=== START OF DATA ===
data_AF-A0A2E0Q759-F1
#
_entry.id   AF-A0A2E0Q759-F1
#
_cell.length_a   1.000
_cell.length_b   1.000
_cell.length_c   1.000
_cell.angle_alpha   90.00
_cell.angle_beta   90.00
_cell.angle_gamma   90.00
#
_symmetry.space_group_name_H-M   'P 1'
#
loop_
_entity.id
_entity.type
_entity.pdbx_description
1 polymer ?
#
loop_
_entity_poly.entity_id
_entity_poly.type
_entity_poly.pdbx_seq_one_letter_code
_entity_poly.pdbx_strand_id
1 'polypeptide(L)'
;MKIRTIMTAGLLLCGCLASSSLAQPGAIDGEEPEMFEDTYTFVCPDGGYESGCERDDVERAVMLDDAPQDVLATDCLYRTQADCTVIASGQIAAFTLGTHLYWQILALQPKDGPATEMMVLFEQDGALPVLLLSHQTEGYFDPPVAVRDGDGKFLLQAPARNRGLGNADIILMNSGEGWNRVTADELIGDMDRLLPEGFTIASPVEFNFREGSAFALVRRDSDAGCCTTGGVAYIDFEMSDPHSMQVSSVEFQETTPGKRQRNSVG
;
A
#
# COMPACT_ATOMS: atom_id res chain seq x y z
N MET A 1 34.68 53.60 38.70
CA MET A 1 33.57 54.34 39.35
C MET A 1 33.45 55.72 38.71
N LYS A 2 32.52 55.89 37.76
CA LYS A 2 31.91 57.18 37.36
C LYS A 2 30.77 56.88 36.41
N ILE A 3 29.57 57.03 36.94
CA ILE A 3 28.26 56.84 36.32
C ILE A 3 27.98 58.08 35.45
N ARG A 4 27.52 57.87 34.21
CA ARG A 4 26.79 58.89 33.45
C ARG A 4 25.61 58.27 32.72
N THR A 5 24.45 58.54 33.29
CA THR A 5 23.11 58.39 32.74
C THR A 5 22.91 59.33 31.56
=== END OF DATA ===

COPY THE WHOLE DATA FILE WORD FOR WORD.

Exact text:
data_AF-A0A2E0Q759-F1
#
_entry.id   AF-A0A2E0Q759-F1
#
_cell.length_a   1.000
_cell.length_b   1.000
_cell.length_c   1.000
_cell.angle_alpha   90.00
_cell.angle_beta   90.00
_cell.angle_gamma   90.00
#
_symmetry.space_group_name_H-M   'P 1'
#
loop_
_entity.id
_entity.type
_entity.pdbx_description
1 polymer ?
#
loop_
_entity_poly.entity_id
_entity_poly.type
_entity_poly.pdbx_seq_one_letter_code
_entity_poly.pdbx_strand_id
1 'polypeptide(L)'
;MKIRTIMTAGLLLCGCLASSSLAQPGAIDGEEPEMFEDTYTFVCPDGGYESGCERDDVERAVMLDDAPQDVLATDCLYRTQADCTVIASGQIAAFTLGTHLYWQILALQPKDGPATEMMVLFEQDGALPVLLLSHQTEGYFDPPVAVRDGDGKFLLQAPARNRGLGNADIILMNSGEGWNRVTADELIGDMDRLLPEGFTIASPVEFNFREGSAFALVRRDSDAGCCTTGGVAYIDFEMSDPHSMQVSSVEFQETTPGKRQRNSVG
;
A
#
# COMPACT_ATOMS: atom_id res chain seq x y z
N MET A 1 34.68 53.60 38.70
CA MET A 1 33.57 54.34 39.35
C MET A 1 33.45 55.72 38.71
N LYS A 2 32.52 55.89 37.76
CA LYS A 2 31.91 57.18 37.36
C LYS A 2 30.77 56.88 36.41
N ILE A 3 29.57 57.03 36.94
CA ILE A 3 28.26 56.84 36.32
C ILE A 3 27.98 58.08 35.45
N ARG A 4 27.52 57.87 34.21
CA ARG A 4 26.79 58.89 33.45
C ARG A 4 25.61 58.27 32.72
N THR A 5 24.45 58.54 33.29
CA THR A 5 23.11 58.39 32.74
C THR A 5 22.91 59.33 31.56